02:45 GMT +319 October 2019
Listen Live
    Malaysian men watch the trading board at a private stock market gallery in Kuala Lumpur, Malaysia on Tuesday, May 12, 2015

    Global Shares Advance As Bond Markets Settle Down

    © AP Photo / Joshua Paul
    Get short URL
    0 44

    With euro-area bonds back in the bull market, global stocks are advancing, supported by solid performances of the real economies of Japan, the Eurozone and the US, the more so as monetary policies are still accommodative.

    Kristian Rouz — Stock markets across the world are heading for solid weekly gains as anxiety is fading in bond markets amidst the rising confidence of the European Central Bank's (ECB) stimulus programme.

    European governmental bonds rose on Thursday and Friday with yields decreasing, signaling a less risky environment in the fixed-income market after several of the biggest banks claimed there's no grounds for a debt selloff. The 10-year Deutsche Bunds halted their 4-week decline, the biggest since 2012, as the bank BNP Paribas said the losing streak in fixed-income in nearly over. The French Bank, Societe Generale, said the higher yields on the depreciated fixed-income papers might trigger a buyout in euro-area bonds, erasing much of their losses eventually.

    Consequently, European stock markets posted gains during Friday's trading, the pan-European FTSEurofist 300 index was 0.3% into the green at the close. The euro slid below $1.14 after the fixed-income yields inched lower, however, the common currency still posted its fifth week of gains against its major peers, a bad sign for German exporters.

    European bonds are very likely to be entering a long-term bear market as most European member-states are heavily indebted, and yields might be on the ascending trend. However, as the yields rise, demand for European debt will inevitably attract capital. The question is, where the Eurobonds will eventually find the point of balance between yield value and the actual price of fixed-income benchmark, the German Bund.

    The MSCI World Index was 0.2% up, showing a sign of optimism in global shares. The US Fed is now farther from implementing the second stage in their tightening of monetary policies, leaving be the supply of ultra-cheap dollar liquidity. The interest hike is likely not coming till very late this year, though still possible in September. Meanwhile, as the world's leading economy is becoming healthier, Wall Street is advancing.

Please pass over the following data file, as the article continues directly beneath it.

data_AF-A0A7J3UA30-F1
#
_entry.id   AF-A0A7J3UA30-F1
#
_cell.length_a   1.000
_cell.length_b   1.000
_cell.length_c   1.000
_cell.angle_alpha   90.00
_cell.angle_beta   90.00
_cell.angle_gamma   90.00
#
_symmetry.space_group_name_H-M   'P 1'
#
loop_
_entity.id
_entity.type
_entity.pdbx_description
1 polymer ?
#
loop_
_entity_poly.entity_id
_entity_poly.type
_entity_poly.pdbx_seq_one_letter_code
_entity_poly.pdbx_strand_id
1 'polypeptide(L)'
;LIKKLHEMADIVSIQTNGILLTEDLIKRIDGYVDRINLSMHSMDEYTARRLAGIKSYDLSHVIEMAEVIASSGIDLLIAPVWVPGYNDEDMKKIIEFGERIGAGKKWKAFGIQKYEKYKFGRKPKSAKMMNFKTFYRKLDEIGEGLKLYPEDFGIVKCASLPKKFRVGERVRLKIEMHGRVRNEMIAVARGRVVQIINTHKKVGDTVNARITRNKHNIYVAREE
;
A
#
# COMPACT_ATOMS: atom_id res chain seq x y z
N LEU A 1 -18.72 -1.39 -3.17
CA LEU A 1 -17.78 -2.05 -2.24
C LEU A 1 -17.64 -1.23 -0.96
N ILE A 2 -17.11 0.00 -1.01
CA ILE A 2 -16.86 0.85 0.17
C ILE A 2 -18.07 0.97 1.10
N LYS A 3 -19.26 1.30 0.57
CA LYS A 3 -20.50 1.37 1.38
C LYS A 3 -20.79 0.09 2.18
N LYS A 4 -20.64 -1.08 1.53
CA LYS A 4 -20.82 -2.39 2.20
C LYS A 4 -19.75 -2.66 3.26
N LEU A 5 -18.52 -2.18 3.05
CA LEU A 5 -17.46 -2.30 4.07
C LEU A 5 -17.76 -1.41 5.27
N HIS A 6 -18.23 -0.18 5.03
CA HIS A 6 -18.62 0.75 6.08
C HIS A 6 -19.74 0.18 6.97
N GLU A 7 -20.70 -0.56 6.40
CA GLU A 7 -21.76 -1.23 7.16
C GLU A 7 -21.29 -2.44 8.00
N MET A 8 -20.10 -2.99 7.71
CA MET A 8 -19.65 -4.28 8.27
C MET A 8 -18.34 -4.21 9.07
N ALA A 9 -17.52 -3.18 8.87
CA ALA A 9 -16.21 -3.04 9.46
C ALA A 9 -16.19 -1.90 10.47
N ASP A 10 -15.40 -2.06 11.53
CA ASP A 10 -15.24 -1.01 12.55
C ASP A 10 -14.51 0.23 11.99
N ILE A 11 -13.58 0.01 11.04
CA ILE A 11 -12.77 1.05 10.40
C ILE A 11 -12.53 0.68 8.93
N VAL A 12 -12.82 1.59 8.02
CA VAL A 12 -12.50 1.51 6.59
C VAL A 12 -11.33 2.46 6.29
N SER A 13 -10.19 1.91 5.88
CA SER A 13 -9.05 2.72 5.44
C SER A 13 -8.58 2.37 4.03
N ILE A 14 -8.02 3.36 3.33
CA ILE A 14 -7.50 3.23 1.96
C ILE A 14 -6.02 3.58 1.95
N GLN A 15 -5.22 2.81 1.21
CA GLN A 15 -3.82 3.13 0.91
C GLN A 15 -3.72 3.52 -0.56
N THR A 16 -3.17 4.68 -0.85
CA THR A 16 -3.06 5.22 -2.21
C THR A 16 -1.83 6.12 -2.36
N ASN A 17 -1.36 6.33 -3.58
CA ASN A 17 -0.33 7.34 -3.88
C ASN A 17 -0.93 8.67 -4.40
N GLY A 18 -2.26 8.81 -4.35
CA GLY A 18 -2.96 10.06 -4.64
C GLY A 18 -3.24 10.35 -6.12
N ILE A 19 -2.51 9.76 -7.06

The S&P 500 Index recorded its highest ever close on Thursday, up 1.08%, while the Dow edged 1.06% up.

    Calmer bond markets provide some additional capital to the global economy. The total value of fixed-income markets was $45.27 trln on Thursday, twice the worth of the whole US economy. However, on April 29 the figure was higher, some $45.67 trln. Nonetheless, the current rebound is evident when compared to the May 11 figure, which stood at $45.05 trln.

    In Asia-Pacific, shares climbed on Friday as well, however, mainland China is still plagued by the dismal performance of its real economy, and Beijing has not proven to be able or willing to somehow spur growth thus far. In Japan, the Nikkei 225 Index added 0.8% after several major enterprises posted improved shareholder returns, naturally pushing shares into the bull territory. The broader Topix Index of Japanese shares added 1%. Dentsu Inc., the PR company, led gains, jumping 14% on greater returns per share.

    In commodities, crude prices were flat on Friday, posting weekly gains though. A weaker US dollar was the main contributor to increase in price of raw materials. Meanwhile, forecasts suggest the US oil output might start shrinking soon, leading to bets on crude futures. Metals are also near this year's highs as copper gained for a second week in London.


    Markets Outside US Advance on European Bonds Sale, Strong French Data
    Asian Stocks in Partial Rebound After Big Losses, Despite China’s Soft Data
    market review, bonds, stock market, Asia-Pacific, United States
    Community standardsDiscussion
    Comment via FacebookComment via Sputnik